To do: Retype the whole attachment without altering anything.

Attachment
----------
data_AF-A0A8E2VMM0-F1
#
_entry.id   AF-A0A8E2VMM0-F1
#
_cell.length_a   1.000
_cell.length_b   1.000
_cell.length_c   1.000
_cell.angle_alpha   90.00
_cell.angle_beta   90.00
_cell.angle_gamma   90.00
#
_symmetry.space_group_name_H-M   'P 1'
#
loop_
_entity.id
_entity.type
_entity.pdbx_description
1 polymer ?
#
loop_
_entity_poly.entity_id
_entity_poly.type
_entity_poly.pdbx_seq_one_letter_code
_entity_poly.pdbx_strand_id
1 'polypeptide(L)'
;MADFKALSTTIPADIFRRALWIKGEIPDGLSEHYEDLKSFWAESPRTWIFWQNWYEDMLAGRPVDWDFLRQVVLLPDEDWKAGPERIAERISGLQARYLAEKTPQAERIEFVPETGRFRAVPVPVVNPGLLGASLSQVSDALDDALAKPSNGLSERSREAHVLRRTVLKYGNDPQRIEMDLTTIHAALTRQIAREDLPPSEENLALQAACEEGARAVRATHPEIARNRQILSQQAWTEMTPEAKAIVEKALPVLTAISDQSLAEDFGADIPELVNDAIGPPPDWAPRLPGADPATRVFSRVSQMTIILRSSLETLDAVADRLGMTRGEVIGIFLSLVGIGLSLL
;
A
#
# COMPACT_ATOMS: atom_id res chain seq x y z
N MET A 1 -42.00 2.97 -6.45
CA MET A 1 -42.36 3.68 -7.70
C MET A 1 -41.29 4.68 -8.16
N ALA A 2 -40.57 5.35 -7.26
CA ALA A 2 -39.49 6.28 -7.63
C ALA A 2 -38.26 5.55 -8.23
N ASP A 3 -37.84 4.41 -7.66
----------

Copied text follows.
data_AF-A0A8E2VMM0-F1
#
_entry.id   AF-A0A8E2VMM0-F1
#
_cell.length_a   1.000
_cell.length_b   1.000
_cell.length_c   1.000
_cell.angle_alpha   90.00
_cell.angle_beta   90.00
_cell.angle_gamma   90.00
#
_symmetry.space_group_name_H-M   'P 1'
#
loop_
_entity.id
_entity.type
_entity.pdbx_description
1 polymer ?
#
loop_
_entity_poly.entity_id
_entity_poly.type
_entity_poly.pdbx_seq_one_letter_code
_entity_poly.pdbx_strand_id
1 'polypeptide(L)'
;MADFKALSTTIPADIFRRALWIKGEIPDGLSEHYEDLKSFWAESPRTWIFWQNWYEDMLAGRPVDWDFLRQVVLLPDEDWKAGPERIAERISGLQARYLAEKTPQAERIEFVPETGRFRAVPVPVVNPGLLGASLSQVSDALDDALAKPSNGLSERSREAHVLRRTVLKYGNDPQRIEMDLTTIHAALTRQIAREDLPPSEENLALQAACEEGARAVRATHPEIARNRQILSQQAWTEMTPEAKAIVEKALPVLTAISDQSLAEDFGADIPELVNDAIGPPPDWAPRLPGADPATRVFSRVSQMTIILRSSLETLDAVADRLGMTRGEVIGIFLSLVGIGLSLL
;
A
#
# COMPACT_ATOMS: atom_id res chain seq x y z
N MET A 1 -42.00 2.97 -6.45
CA MET A 1 -42.36 3.68 -7.70
C MET A 1 -41.29 4.68 -8.16
N ALA A 2 -40.57 5.35 -7.26
CA ALA A 2 -39.49 6.28 -7.63
C ALA A 2 -38.26 5.55 -8.23
N ASP A 3 -37.84 4.41 -7.66